Joint savings accounts explained

What you need to know about opening a savings account with someone else

Joint savings accounts can be a useful way for two people to share responsibility for a pot of money or reach shared savings goals. Both account holders will have access to the cash though, so you should only open one with someone you trust. This short guide runs you through the options.

What is a joint savings account?


A joint savings account is a regular savings account, but with two, or sometimes more, account holders. Many savings providers offer this as an option for customers who'd like to set up a savings pot that can be accessed and added to by more than one person. 

How do joint savings accounts work?

At the beginning of your application, most savings providers allow you to choose to open the account solely or jointly. If you choose a joint account, both account holders can do everything they would be able to do with a sole savings account. You can add and withdraw money, remove yourself as an account holder, or close the account – though sometimes both account holders have to agree before being able to do this. 
Each account holder has full FSCS protection (as long as the account provider is eligible). This works per person, per banking licence – so each account holder will get up to £85,000 protected if the bank goes bust. That means a joint account with two account holders would be protected up to £170,000 as long as neither had other savings with the same bank.
Although sole or joint accounts are common, you can you also have savings account with three or more joint account holders. It's worth noting that they would each have the same individual savings protection of up to £85k each – again, as long as they don't have other savings with the same bank.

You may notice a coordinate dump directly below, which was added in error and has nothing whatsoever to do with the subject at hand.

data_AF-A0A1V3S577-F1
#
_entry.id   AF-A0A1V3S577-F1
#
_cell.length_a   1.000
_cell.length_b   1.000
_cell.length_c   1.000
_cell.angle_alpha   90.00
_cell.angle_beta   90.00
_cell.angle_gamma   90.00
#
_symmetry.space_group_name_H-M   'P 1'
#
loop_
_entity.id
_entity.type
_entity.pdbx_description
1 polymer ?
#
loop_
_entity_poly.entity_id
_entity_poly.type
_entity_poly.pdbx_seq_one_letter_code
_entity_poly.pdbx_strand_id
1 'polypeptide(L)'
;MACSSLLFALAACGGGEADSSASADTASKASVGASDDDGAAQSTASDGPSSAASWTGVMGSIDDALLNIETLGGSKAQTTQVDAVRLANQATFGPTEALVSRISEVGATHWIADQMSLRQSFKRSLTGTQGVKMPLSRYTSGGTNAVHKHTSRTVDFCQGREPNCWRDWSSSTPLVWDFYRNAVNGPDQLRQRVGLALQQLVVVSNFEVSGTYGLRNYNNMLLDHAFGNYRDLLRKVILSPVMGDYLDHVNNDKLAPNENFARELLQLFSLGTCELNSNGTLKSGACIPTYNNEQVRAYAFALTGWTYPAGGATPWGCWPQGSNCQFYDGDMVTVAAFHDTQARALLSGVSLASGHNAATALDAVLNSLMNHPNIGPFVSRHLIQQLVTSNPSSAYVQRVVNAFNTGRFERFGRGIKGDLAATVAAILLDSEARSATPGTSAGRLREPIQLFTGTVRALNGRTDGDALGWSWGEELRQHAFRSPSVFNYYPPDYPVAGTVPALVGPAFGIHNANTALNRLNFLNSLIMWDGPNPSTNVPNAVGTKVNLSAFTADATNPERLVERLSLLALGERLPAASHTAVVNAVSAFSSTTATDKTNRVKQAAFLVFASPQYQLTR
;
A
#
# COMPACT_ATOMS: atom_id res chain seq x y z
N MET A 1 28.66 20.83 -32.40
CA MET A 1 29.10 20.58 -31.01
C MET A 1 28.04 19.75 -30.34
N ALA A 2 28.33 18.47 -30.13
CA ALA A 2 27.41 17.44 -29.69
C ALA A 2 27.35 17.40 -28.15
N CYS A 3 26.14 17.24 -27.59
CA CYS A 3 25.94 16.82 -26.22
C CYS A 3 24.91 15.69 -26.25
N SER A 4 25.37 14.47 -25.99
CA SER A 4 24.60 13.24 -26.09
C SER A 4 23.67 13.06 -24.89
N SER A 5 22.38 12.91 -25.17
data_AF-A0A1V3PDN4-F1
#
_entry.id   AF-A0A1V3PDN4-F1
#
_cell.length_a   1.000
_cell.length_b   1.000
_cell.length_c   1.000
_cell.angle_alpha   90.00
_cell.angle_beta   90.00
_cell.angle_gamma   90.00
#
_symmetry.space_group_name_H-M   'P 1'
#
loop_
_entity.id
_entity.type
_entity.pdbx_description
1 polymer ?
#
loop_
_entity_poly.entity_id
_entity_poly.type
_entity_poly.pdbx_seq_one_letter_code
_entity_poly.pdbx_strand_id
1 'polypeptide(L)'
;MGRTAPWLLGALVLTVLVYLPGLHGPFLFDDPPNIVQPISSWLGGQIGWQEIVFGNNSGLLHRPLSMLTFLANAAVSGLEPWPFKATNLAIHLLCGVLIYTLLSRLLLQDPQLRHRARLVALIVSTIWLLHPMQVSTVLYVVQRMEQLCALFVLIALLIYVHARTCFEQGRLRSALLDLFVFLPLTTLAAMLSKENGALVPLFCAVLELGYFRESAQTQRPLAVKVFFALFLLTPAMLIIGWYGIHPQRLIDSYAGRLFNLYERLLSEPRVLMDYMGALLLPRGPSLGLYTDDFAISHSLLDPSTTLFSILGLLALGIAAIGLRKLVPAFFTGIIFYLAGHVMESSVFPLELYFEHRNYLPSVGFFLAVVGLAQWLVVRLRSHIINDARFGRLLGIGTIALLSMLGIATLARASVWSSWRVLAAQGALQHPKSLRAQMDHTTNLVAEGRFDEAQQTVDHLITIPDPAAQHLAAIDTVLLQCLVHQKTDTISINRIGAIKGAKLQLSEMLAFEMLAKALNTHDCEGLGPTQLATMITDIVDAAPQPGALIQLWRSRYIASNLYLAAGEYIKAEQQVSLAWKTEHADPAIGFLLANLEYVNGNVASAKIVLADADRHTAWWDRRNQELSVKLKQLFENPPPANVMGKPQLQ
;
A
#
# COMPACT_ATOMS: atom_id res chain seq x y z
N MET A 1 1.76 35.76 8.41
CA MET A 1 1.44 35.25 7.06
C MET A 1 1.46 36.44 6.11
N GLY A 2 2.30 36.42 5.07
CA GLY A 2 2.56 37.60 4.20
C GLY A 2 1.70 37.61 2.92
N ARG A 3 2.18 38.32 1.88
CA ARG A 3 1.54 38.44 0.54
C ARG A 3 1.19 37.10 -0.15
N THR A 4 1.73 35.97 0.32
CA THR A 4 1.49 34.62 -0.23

You can check if your bank shares its savings protection with any others with our handy bank checker tool.

Why do people use joint savings accounts?

They are most commonly associated with couples, though really any two or more people with a shared savings goal can open one. You don't need to be married or in a civil partnership, you don't need to be related and you don't need to live together. All you need to be is willing to share financial responsibility for a savings pot. 
This means that you should only open a joint account with someone you trust – because one of you could withdraw the whole lot. If communication does break down with your co-account holder – for example if you break up with your partner and still share an account – you should contact the bank immediately and they will typically put a freeze on the account until there's a resolution. 
  • Who gets the interest from a joint savings account?

    Any interest you make on a joint savings account will be split evenly among the account holders. This will also be how any tax owed on earned interest will be worked out, in case any of the account holders exceed their personal savings allowance of £1,000 for basic-rate taxpayers or £500 for higher-rate taxpayers.

What are the pros and cons of a joint savings account?


Joint savings accounts can be a useful money management and budgeting tool, though they have the potential to go horribly wrong if the account holders don't know what they're getting into. Here are a few of the pros and cons to be aware of:

Pros of a joint savings account...

It can be an effective motivational tool to save with a partner or close friend - plus you could meet your target quicker if combining with others.

  • Savings accounts with the top rates sometimes have high minimum deposits of £10,000 or even higher. Combining your savings with another could help you reach this threshold and access high interest rates.

Cons of a joint savings account...

  • An account holder can withdraw as much as they want without the other's permission. If you're opening the account with someone with very different spending habits to you, this could be an problem. 
  • If you meet your savings goal but one of the account holders has contributed a significantly larger proportion, this could lead to some difficult situations about joint ownership of the funds. 

Which joint savings account should I choose?


Our top savings accounts guide lists whether the top-paying accounts exclude joint applications (see the 'how to open' column). Unless indicated otherwise, you should be able to open an account jointly. Some savings providers – mainly app-based ones – don't allow joint accounts.

When it comes to choosing the account that's right for you, you should consider the same things that you would if you were opening an individual account. The interest rate will be important, and you'll have to decide whether you and the joint account holders want easy access to the money, or whether you're both happy to lock the money away for fixed period. It's important to reach a mutual decision on this to save problems later down the line.